Saman Hashemipour, Girne American University, Turkey
$43 £32 €36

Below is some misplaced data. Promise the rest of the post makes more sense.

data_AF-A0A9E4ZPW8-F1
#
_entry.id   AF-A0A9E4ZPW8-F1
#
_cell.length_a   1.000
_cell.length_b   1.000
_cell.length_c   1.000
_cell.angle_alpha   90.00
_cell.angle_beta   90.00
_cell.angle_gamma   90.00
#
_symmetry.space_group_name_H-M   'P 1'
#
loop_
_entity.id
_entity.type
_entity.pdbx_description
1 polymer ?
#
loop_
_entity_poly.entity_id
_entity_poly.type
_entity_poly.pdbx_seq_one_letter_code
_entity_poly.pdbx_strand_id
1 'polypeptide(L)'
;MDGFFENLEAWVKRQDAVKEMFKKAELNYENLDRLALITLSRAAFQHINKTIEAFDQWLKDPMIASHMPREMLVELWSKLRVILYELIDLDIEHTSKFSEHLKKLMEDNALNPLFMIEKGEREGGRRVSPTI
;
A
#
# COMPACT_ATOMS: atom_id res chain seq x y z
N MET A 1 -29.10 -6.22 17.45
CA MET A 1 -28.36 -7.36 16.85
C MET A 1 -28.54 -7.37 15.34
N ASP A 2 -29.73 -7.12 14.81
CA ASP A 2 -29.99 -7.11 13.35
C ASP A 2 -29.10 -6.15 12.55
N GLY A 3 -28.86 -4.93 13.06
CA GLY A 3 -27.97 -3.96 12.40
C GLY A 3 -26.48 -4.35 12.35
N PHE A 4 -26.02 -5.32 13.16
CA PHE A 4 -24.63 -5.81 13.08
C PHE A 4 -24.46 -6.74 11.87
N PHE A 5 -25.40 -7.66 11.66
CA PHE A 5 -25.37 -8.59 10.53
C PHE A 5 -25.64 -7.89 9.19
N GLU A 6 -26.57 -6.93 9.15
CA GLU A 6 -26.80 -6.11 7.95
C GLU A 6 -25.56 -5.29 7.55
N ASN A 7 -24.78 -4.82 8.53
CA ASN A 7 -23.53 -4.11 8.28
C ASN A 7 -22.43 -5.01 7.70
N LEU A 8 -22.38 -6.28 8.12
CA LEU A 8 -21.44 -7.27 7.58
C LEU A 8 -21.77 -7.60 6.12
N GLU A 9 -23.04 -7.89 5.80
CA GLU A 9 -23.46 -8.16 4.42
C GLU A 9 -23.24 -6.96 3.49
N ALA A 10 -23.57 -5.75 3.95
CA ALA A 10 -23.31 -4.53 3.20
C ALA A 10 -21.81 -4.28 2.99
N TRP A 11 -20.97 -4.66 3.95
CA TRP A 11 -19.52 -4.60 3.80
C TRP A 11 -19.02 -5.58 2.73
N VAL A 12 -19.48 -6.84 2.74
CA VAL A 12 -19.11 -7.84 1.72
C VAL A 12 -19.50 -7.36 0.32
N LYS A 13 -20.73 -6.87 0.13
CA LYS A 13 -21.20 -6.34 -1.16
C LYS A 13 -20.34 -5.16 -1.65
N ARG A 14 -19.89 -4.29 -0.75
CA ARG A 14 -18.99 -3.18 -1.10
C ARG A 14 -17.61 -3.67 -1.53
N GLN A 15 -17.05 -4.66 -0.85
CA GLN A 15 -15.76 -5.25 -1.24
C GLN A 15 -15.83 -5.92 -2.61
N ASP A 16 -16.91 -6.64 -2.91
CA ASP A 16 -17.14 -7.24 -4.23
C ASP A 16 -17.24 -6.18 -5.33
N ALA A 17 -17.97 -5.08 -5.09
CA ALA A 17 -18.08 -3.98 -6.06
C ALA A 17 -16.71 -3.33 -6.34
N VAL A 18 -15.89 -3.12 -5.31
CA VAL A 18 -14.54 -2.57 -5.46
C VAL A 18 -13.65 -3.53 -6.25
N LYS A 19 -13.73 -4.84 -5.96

This book explores the enduring European and American interest in literary works portraying Eastern themes and perspectives. It examines how literary Easternization, termed “Logoteunison”, manifests in Western literary works that reflect, embody, or deploy Eastern values or concepts; or else ape, mimic, parody, or pay homage to various Eastern and especially Persian masterpieces. Such repurposing or appropriation is frequently powered by features from the postmodern toolkit: intertextuality, metafiction, fragmentation. The novelist Orhan Pamuk has been influenced (arguably unwittingly) by literary Easternization. In his Western-style works, Pamuk channels Eastern values, creating texts nevertheless in the Western mold and primarily aimed at Western readers. Pamuk uses Istanbul—the writer’s birthplace, a city between two worlds, a halfway land binding together Asia and Europe—both as a physical setting and to symbolically mediate Eastern and Western worldviews. This title has a threefold purpose: by establishing a theoretical and contextual background for Eastern masterpieces and forming a distinctive review of Eastern culture as filtered through Pamuk’s works, it suggests a new theory in literary criticism, one which aims to adopt a novel philosophical approach to the study of literary Easternization. Students of comparative and Turkish literature will find in this volume detailed background information about Turkish, Persian, and Arabic masterpieces, as well as their significant cultural correspondences and affinities, especially regarding their employment of Sufi themes. Any student or scholar interested in the postmodern cross-fertilization of Middle Eastern and Western literature will find this work fascinating and rewarding.